Azumi 3000 Series
Pearl Flutes 9701
Sankyo CF601SR

Professional Flutes

The flute is a musical instrument of the woodwind family. Unlike woodwind instruments with reeds, a flute is an aerophone or reedless wind instrument that produces its sound from the flow of air across an opening. According to the instrument classification of Hornbostel-Sachs, flutes are categorized as Edge-blown aerophones.

A musician who plays the flute can be referred to as a flute player, a flautist, a flutist, or less commonly a fluter.

Flutes are the earliest known musical instruments. A number of flutes dating to about 40,000 to 35,000 years ago have been found in the Swabian Alb region of Germany. These flutes demonstrate that a developed musical tradition existed from the earliest period of modern human presence in Europe.

The flute is a transverse (or side-blown) woodwind instrument that is closed at the blown end. The instrument is played by blowing a stream of air over the embouchure hole. The flute has 16 circular finger holes closed by keys, which can be used to produce high and low sounds depending on which finger holes are opened or closed as well as the direction and intensity of the air stream.

The standard concert flute is pitched in C and has a range of about three and a half octaves starting from the musical note C4 (corresponding to middle C on the piano), however, some experienced flautists are able to reach C8. Modern professional flutes may have a longer B-foot joint, which can reach B3.

The piccolo is also commonly used in Western orchestras. Alto and bass flutes, pitched a fourth and an octave below the concert flute, are also used occasionally.

Some jazz and rock ensembles include flutes. Since Boehm’s fingering is used in saxophones as well as in concert flutes, many flute players “double” on saxophone for jazz and small ensembles and vice versa. Jethro Tull is probably the best-known rock group to make regular use of the flute (played by Ian Anderson).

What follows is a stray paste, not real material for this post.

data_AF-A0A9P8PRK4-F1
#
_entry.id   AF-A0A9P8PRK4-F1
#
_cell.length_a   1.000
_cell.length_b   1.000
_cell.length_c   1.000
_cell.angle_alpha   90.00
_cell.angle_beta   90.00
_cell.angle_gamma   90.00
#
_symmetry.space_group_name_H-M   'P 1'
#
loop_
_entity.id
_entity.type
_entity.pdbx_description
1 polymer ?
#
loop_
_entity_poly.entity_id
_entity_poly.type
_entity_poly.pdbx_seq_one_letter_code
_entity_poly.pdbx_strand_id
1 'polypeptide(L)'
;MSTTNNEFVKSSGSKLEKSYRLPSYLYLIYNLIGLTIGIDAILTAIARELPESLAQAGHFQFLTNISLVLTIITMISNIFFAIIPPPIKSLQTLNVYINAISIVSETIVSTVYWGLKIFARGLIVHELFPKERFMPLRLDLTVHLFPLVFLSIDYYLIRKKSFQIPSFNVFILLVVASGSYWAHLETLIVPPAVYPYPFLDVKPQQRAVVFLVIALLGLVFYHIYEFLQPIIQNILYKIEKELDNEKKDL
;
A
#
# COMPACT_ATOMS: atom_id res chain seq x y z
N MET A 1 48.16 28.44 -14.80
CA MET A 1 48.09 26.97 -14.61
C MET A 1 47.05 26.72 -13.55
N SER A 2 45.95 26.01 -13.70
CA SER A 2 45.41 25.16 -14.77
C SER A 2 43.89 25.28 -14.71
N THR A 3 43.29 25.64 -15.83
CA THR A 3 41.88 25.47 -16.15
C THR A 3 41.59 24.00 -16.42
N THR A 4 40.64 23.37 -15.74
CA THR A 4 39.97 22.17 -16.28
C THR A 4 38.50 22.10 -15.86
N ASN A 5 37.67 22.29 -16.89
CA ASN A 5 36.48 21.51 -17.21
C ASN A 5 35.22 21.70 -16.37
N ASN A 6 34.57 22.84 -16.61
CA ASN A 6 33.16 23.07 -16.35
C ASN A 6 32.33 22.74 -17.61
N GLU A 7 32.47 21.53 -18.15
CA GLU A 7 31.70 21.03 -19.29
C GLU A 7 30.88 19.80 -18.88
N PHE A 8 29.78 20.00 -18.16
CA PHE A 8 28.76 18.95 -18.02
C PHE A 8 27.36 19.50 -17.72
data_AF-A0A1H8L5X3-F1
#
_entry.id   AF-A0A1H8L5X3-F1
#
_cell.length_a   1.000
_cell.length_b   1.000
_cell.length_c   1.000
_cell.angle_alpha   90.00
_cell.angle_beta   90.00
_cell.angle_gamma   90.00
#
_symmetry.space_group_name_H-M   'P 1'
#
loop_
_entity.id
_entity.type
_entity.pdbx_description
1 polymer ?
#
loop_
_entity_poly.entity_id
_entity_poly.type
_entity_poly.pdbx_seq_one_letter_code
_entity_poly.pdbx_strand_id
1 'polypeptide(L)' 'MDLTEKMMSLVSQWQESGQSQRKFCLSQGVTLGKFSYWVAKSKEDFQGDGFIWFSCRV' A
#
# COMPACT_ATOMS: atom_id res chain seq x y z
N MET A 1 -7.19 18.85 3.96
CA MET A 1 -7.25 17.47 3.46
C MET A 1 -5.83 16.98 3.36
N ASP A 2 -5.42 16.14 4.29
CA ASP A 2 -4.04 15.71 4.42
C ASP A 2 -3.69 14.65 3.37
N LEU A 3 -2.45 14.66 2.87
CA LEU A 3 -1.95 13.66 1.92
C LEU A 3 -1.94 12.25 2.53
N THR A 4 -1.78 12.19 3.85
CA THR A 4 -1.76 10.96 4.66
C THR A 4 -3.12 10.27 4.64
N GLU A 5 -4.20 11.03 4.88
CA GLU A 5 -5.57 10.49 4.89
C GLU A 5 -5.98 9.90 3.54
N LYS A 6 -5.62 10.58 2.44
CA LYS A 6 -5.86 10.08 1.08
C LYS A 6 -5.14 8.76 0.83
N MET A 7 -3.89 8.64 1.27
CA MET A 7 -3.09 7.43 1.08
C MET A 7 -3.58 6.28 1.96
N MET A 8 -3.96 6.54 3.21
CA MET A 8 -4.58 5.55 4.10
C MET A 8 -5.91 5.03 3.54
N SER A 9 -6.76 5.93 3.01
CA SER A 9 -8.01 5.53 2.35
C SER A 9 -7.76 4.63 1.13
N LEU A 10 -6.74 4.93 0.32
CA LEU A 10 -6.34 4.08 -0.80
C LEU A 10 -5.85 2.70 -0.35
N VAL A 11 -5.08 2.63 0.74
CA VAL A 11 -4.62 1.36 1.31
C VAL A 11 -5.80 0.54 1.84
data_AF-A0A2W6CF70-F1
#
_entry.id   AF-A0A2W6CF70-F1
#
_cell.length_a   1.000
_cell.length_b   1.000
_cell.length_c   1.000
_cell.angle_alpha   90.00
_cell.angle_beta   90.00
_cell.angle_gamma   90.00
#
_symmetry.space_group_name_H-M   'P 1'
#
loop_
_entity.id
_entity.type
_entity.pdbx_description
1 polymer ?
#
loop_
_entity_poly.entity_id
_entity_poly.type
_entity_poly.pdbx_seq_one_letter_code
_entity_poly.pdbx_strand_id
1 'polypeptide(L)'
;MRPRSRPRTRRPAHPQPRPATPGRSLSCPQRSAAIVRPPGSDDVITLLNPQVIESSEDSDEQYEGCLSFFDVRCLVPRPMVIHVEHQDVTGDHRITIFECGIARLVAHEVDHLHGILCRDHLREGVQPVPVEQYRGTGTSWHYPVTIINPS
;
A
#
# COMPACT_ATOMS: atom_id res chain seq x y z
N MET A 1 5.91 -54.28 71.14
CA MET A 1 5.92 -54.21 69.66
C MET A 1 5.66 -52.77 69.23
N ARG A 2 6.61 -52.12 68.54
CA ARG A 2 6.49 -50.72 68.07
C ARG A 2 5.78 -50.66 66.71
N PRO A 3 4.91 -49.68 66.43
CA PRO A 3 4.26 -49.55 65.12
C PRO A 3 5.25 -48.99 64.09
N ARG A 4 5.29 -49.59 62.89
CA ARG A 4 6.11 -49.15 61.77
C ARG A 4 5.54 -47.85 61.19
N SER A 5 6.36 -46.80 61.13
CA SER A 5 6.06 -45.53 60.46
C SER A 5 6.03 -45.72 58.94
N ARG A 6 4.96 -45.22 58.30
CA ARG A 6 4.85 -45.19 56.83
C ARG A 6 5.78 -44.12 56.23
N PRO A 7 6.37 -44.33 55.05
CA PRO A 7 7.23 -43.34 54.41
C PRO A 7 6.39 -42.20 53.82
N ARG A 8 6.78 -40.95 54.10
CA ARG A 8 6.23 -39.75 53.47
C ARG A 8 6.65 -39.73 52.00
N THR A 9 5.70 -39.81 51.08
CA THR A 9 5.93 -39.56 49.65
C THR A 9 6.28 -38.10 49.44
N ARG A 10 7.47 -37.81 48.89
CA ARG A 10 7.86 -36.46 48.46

The modern professional concert flute is generally made of silver, gold or combinations of the two; a few of the most expensive flutes are fabricated from platinum. Student instruments are usually made of nickel-silver alloy, composed of nickel, copper, and zinc, (also known as “German silver”) or nickel- or silver-plated brass. Headjoints are generally of the same metals, but may be made of wood. Wooden flutes were far more common before the early 20th century. The silver flute was introduced by Theobald Boehm in 1847 but did not become common until later in the twentieth century. Wm. S. Haynes, a flute manufacturer in Boston, told Georges Barrere, an eminent flutist, that in 1905 he made one silver flute to every 100 wooden flutes but in the 1930s, he made one wooden flute to every 100 silver flutes. Today the silver flute is still far more popular than the wooden flute and is accepted as the standard in most symphony orchestras.

The modern concert flute comes with various options. The Bb thumb key (invented and pioneered by Briccialdi) is practically standard. The B foot joint, however, is an option available on middle-to-upper end models. Other, more recent additions include a C#-trill key, and an increasingly popular roller between the Eb-key and the C#-key.

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